Microfluidics and Nanofluidics

Vortex shedding from confined micropin arrays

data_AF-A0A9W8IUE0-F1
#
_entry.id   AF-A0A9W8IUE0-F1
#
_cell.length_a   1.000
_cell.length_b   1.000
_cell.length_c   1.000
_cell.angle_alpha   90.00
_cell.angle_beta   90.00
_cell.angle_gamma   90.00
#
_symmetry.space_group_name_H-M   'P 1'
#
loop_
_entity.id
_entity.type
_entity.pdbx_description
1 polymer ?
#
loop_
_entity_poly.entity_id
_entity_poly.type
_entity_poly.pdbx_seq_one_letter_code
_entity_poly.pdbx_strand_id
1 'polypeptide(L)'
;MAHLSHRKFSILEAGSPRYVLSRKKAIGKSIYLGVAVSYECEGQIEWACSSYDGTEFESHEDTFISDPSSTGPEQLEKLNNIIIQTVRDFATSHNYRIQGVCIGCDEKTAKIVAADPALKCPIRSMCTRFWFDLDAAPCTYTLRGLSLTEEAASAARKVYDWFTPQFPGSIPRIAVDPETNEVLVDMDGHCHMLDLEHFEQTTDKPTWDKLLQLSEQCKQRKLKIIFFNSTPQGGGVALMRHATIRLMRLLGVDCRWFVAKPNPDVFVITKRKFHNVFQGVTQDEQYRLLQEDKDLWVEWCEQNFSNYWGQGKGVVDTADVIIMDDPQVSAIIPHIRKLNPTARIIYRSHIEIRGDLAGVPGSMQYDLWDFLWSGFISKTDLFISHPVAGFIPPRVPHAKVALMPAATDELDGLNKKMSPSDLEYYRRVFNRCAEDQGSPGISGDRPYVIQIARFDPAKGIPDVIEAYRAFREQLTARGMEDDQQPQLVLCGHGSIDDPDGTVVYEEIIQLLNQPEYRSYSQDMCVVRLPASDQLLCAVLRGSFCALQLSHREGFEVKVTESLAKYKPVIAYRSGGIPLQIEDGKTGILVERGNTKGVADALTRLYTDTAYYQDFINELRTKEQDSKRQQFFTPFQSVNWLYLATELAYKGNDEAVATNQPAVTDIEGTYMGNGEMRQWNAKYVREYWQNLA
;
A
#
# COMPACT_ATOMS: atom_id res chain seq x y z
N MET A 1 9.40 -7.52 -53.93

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The hydrodynamics in microcavities populated with cylindrical micropins was investigated using dynamic pressure measurements and fluid pathline visualization. Pressure signals were Fourier-analyzed to extract the flow fluctuation frequencies, which were in the kHz range for the tested flow Reynolds numbers (Re) of up to 435. Three different sets of flow dependent characteristic frequencies were identified, the first due to vortex shedding, the second due to lateral flow oscillation and the third due to a transition between these two flow regimes. These frequencies were measured at different locations along the chip (e.g. inlet, middle and outlet). It is established that vortex shedding initiates at the outlet and then travels upstream with increase in Re. The pathline visualization technique provided direct optical access to the flow field without any intermediate post-processing step and could be used to interpret the frequencies determined through pressure measurements. Microcavities with different micropin height-to-diameter aspect ratios and pitch-to-diameter ratios were tested. The tests confirmed an increase in the Strouhal number (associated with the vortex shedding) with increased confinement (decrease in the aspect ratio or the pitch), in agreement with macroscale measurements. The compact nature of the microscale geometry tested, and the measurement technique demonstrated, readily enabled us to investigate the flow past 4,420 pins with various degrees of confinements; this makes the measurements performed and the techniques developed here an important tool for investigating large arrays of similar objects in a flow field. © 2013 Springer-Verlag Berlin Heidelberg.